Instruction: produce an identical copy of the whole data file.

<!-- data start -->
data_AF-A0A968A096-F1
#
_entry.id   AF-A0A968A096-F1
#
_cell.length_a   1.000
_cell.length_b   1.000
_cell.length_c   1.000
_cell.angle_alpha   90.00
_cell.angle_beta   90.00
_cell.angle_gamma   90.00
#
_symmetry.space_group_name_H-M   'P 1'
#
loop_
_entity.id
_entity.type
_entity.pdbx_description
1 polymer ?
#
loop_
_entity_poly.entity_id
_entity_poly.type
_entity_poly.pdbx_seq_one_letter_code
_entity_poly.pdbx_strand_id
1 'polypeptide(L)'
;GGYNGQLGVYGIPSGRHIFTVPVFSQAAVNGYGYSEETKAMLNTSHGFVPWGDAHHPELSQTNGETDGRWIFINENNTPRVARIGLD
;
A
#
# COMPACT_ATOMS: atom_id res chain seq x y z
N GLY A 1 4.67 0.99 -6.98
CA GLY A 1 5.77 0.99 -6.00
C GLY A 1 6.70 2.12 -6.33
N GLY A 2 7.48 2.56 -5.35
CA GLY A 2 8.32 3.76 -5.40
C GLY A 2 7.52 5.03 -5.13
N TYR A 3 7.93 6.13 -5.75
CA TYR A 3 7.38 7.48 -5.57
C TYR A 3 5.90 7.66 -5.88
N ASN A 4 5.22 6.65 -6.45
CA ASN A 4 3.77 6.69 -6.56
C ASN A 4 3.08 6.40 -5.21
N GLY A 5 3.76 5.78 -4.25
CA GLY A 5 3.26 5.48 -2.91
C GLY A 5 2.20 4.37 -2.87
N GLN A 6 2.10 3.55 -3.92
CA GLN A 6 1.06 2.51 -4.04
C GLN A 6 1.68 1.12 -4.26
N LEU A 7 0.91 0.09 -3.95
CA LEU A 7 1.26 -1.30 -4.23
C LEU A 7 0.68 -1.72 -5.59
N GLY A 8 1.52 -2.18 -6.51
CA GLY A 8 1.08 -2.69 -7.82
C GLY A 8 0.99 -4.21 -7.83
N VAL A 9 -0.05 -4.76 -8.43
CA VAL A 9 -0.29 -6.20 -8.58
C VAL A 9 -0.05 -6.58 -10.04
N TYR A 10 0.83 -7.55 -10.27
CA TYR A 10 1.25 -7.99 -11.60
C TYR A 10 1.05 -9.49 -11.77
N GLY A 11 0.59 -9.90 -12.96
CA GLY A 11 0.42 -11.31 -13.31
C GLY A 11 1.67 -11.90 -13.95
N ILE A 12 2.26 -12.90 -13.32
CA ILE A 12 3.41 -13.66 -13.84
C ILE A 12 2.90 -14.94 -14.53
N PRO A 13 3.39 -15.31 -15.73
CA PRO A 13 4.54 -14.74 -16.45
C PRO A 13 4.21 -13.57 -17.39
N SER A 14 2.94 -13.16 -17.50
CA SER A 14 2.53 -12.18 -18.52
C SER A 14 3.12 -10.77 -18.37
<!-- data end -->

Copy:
data_AF-A0A968A096-F1
#
_entry.id   AF-A0A968A096-F1
#
_cell.length_a   1.000
_cell.length_b   1.000
_cell.length_c   1.000
_cell.angle_alpha   90.00
_cell.angle_beta   90.00
_cell.angle_gamma   90.00
#
_symmetry.space_group_name_H-M   'P 1'
#
loop_
_entity.id
_entity.type
_entity.pdbx_description
1 polymer ?
#
loop_
_entity_poly.entity_id
_entity_poly.type
_entity_poly.pdbx_seq_one_letter_code
_entity_poly.pdbx_strand_id
1 'polypeptide(L)'
;GGYNGQLGVYGIPSGRHIFTVPVFSQAAVNGYGYSEETKAMLNTSHGFVPWGDAHHPELSQTNGETDGRWIFINENNTPRVARIGLD
;
A
#
# COMPACT_ATOMS: atom_id res chain seq x y z
N GLY A 1 4.67 0.99 -6.98
CA GLY A 1 5.77 0.99 -6.00
C GLY A 1 6.70 2.12 -6.33
N GLY A 2 7.48 2.56 -5.35
CA GLY A 2 8.32 3.76 -5.40
C GLY A 2 7.52 5.03 -5.13
N TYR A 3 7.93 6.13 -5.75
CA TYR A 3 7.38 7.48 -5.57
C TYR A 3 5.90 7.66 -5.88
N ASN A 4 5.22 6.65 -6.45
CA ASN A 4 3.77 6.69 -6.56
C ASN A 4 3.08 6.40 -5.21
N GLY A 5 3.76 5.78 -4.25
CA GLY A 5 3.26 5.48 -2.91
C GLY A 5 2.20 4.37 -2.87
N GLN A 6 2.10 3.55 -3.92
CA GLN A 6 1.06 2.51 -4.04
C GLN A 6 1.68 1.12 -4.26
N LEU A 7 0.91 0.09 -3.95
CA LEU A 7 1.26 -1.30 -4.23
C LEU A 7 0.68 -1.72 -5.59
N GLY A 8 1.52 -2.18 -6.51
CA GLY A 8 1.08 -2.69 -7.82
C GLY A 8 0.99 -4.21 -7.83
N VAL A 9 -0.05 -4.76 -8.43
CA VAL A 9 -0.29 -6.20 -8.58
C VAL A 9 -0.05 -6.58 -10.04
N TYR A 10 0.83 -7.55 -10.27
CA TYR A 10 1.25 -7.99 -11.60
C TYR A 10 1.05 -9.49 -11.77
N GLY A 11 0.59 -9.90 -12.96
CA GLY A 11 0.42 -11.31 -13.31
C GLY A 11 1.67 -11.90 -13.95
N ILE A 12 2.26 -12.90 -13.32
CA ILE A 12 3.41 -13.66 -13.84
C ILE A 12 2.90 -14.94 -14.53
N PRO A 13 3.39 -15.31 -15.73
CA PRO A 13 4.54 -14.74 -16.45
C PRO A 13 4.21 -13.57 -17.39
N SER A 14 2.94 -13.16 -17.50
CA SER A 14 2.53 -12.18 -18.52
C SER A 14 3.12 -10.77 -18.37